‘I didn’t want the mother to die in front of her daughter’
Most members who get AFT training in cardiopulmonary resuscitation will never have the chance to use it, but that turned out not to be the case for Robin Herrin, a special education paraprofessional who saved a woman’s life on New Year’s Eve.
She was ringing in the new year with her husband and sister-in-law at a nearby resort casino when, after dinner, she heard a woman cry out for help because her wheelchair-bound mother had slumped over and stopped breathing.
“I didn’t want the mother to die in front of her daughter,” says Herrin, a member of Red River United in Shreveport, La.
Herrin had taken CPR training at the AFT several years ago. She ran over to find the older woman without a pulse or breath. As she’d practiced in AFT training, Herrin stated that she knew how to do CPR, asked a bystander to call 911, and told another bystander to bring the hotel’s defibrillator.
It seemed like just a few breaths and a couple of rounds of compressions before paramedics arrived. By the time they did, the woman had started breathing again.
“I was a little bit shaken up,” she says, “but I was glad I was able to help.”
Herrin joins the ranks of AFT members who have become everyday heroes through their safety training. She is quick to credit the AFT trainers who helped her gain confidence. With years of experience as a para at Sun City Elementary School in Bossier, Herrin was used to directing children, not adults.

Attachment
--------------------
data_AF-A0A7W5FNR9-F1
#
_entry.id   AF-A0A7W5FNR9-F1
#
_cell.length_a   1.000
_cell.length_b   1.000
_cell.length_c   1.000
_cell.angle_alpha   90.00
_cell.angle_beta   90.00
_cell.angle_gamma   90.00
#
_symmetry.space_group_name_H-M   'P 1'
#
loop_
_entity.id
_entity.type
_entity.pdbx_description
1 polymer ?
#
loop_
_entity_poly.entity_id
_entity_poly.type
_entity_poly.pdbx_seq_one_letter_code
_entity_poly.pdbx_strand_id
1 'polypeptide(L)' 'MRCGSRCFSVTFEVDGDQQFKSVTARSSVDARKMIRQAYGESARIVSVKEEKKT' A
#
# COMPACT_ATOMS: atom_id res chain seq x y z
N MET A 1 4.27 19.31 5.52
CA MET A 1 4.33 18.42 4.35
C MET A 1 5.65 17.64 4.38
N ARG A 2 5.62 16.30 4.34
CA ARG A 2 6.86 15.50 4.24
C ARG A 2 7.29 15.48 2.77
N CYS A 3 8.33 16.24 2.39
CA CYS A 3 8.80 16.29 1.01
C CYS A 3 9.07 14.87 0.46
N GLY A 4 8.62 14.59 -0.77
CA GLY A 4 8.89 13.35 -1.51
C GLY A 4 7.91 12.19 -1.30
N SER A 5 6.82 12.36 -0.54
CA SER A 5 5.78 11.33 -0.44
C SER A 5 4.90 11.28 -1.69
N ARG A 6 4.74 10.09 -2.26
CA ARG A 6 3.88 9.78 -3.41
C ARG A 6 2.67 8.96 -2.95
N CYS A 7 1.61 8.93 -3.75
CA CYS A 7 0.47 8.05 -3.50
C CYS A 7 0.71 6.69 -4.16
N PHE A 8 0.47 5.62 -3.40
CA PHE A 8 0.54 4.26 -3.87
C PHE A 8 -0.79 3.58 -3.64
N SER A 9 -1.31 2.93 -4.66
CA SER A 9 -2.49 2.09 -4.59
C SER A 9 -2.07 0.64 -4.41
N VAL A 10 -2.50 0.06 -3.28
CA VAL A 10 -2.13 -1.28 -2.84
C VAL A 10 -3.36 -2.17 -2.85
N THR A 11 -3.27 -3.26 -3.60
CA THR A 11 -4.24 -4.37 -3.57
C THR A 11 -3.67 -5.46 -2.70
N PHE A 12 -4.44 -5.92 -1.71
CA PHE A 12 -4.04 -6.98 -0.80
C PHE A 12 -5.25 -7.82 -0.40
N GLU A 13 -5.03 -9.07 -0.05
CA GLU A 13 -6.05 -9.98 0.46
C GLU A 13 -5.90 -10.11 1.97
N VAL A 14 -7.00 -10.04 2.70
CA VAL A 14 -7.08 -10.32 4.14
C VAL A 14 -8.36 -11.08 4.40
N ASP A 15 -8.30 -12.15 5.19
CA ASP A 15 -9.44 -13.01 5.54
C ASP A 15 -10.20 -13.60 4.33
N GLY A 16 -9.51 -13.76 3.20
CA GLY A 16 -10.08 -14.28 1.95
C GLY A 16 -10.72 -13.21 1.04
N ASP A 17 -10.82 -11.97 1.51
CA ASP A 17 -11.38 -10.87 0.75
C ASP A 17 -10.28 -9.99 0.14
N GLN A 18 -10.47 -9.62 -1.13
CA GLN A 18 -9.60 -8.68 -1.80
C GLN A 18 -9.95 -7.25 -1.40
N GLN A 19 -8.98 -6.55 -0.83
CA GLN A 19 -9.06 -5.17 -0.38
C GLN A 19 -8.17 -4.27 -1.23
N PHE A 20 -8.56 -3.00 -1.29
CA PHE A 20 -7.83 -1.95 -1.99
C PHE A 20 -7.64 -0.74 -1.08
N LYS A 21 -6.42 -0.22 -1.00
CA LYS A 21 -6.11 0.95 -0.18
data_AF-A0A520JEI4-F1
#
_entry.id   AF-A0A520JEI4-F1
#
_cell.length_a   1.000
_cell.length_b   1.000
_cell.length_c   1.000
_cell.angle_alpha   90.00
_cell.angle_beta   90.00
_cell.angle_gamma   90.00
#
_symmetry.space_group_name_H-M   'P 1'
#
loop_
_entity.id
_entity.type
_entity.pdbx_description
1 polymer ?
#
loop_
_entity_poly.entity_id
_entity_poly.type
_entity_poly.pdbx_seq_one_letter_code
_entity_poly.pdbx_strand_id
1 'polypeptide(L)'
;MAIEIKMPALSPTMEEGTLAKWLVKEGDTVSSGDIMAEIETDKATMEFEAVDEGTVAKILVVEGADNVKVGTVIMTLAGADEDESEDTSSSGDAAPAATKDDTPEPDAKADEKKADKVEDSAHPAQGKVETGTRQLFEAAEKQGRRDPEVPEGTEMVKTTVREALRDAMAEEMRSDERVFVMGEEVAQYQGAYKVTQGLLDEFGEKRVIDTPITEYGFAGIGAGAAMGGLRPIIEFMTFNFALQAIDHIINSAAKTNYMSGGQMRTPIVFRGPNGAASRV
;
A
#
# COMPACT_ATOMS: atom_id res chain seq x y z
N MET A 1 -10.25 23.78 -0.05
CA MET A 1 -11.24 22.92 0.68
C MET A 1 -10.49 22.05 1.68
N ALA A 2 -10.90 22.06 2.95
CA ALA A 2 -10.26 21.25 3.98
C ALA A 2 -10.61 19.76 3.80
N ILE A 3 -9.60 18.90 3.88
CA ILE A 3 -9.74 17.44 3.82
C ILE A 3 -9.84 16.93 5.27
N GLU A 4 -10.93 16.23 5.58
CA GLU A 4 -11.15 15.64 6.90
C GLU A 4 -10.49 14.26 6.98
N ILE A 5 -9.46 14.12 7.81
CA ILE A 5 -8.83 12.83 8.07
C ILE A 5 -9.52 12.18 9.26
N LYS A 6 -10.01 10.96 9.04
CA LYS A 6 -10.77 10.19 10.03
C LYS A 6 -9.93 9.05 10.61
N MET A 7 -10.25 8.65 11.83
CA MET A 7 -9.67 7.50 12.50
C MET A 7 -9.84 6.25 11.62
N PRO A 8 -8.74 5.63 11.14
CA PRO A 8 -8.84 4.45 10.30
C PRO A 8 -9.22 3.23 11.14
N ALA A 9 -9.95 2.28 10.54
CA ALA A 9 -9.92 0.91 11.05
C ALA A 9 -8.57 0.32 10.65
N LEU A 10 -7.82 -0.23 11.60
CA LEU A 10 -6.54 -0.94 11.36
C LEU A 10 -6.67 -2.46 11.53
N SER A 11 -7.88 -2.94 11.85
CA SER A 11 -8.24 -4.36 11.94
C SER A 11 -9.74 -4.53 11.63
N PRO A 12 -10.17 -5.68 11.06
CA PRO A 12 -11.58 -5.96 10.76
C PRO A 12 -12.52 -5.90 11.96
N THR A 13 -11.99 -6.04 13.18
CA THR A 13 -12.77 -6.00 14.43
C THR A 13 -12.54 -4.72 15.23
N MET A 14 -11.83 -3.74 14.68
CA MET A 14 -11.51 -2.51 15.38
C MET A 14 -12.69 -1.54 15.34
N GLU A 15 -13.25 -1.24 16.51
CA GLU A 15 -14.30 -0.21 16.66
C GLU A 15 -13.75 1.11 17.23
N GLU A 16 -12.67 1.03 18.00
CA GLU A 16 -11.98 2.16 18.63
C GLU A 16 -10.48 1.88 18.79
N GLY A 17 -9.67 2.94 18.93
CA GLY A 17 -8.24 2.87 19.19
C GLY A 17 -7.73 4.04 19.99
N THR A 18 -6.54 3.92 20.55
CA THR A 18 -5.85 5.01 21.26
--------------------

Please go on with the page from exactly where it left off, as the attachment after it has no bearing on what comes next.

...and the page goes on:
She also credits her local union president, Jackie Lansdale, for being a role model in acting courageously. Lansdale tosses the compliment right back. “The fact that she stepped up to save a woman’s life is just something that Robin would do,” Lansdale says. “I am proud to have her in our union.”
Herrin hadn’t known anything about unions until she went to a meeting about five years ago and thought, “I might like this.” Well, she sure did like it. She became a building rep at her school, helps organize PSRP conferences and has traveled to the state capital to stand up for education.
Before her union work kicked in, Herrin had been super active in Mardi Gras, planning balls and riding on floats.
“I gave up some of those real fun things so that I could do something that was still fun but more worthwhile,” she says, adding that she wants to leave a legacy for students: “I want things to be better.”
You could say for a fact that Robin Herrin already has made things better.